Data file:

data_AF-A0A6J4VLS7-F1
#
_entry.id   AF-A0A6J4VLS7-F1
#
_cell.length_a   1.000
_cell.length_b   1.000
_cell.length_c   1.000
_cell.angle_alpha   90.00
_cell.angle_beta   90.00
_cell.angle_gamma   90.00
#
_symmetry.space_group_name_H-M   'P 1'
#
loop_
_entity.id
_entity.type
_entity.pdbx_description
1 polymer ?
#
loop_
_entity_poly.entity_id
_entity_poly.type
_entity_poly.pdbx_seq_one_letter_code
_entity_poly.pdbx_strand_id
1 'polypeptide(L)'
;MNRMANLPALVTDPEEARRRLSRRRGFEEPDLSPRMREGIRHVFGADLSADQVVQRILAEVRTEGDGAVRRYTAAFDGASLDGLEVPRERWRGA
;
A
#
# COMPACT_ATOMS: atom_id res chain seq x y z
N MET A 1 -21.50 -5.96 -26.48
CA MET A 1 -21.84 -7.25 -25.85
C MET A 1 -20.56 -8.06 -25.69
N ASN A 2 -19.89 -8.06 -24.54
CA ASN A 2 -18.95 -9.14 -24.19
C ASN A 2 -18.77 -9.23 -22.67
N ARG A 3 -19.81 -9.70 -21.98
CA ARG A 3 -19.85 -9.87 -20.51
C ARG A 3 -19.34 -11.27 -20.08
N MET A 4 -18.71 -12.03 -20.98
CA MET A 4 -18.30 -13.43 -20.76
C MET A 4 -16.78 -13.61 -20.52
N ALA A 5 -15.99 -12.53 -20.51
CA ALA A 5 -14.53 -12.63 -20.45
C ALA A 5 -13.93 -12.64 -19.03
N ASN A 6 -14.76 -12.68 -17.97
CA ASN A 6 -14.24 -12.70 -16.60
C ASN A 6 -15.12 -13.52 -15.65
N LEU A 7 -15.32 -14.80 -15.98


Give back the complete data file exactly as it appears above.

data_AF-A0A6J4VLS7-F1
#
_entry.id   AF-A0A6J4VLS7-F1
#
_cell.length_a   1.000
_cell.length_b   1.000
_cell.length_c   1.000
_cell.angle_alpha   90.00
_cell.angle_beta   90.00
_cell.angle_gamma   90.00
#
_symmetry.space_group_name_H-M   'P 1'
#
loop_
_entity.id
_entity.type
_entity.pdbx_description
1 polymer ?
#
loop_
_entity_poly.entity_id
_entity_poly.type
_entity_poly.pdbx_seq_one_letter_code
_entity_poly.pdbx_strand_id
1 'polypeptide(L)'
;MNRMANLPALVTDPEEARRRLSRRRGFEEPDLSPRMREGIRHVFGADLSADQVVQRILAEVRTEGDGAVRRYTAAFDGASLDGLEVPRERWRGA
;
A
#
# COMPACT_ATOMS: atom_id res chain seq x y z
N MET A 1 -21.50 -5.96 -26.48
CA MET A 1 -21.84 -7.25 -25.85
C MET A 1 -20.56 -8.06 -25.69
N ASN A 2 -19.89 -8.06 -24.54
CA ASN A 2 -18.95 -9.14 -24.19
C ASN A 2 -18.77 -9.23 -22.67
N ARG A 3 -19.81 -9.70 -21.98
CA ARG A 3 -19.85 -9.87 -20.51
C ARG A 3 -19.34 -11.27 -20.08
N MET A 4 -18.71 -12.03 -20.98
CA MET A 4 -18.30 -13.43 -20.76
C MET A 4 -16.78 -13.61 -20.52
N ALA A 5 -15.99 -12.53 -20.51
CA ALA A 5 -14.53 -12.63 -20.45
C ALA A 5 -13.93 -12.64 -19.03
N ASN A 6 -14.76 -12.68 -17.97
CA ASN A 6 -14.24 -12.70 -16.60
C ASN A 6 -15.12 -13.52 -15.65
N LEU A 7 -15.32 -14.80 -15.98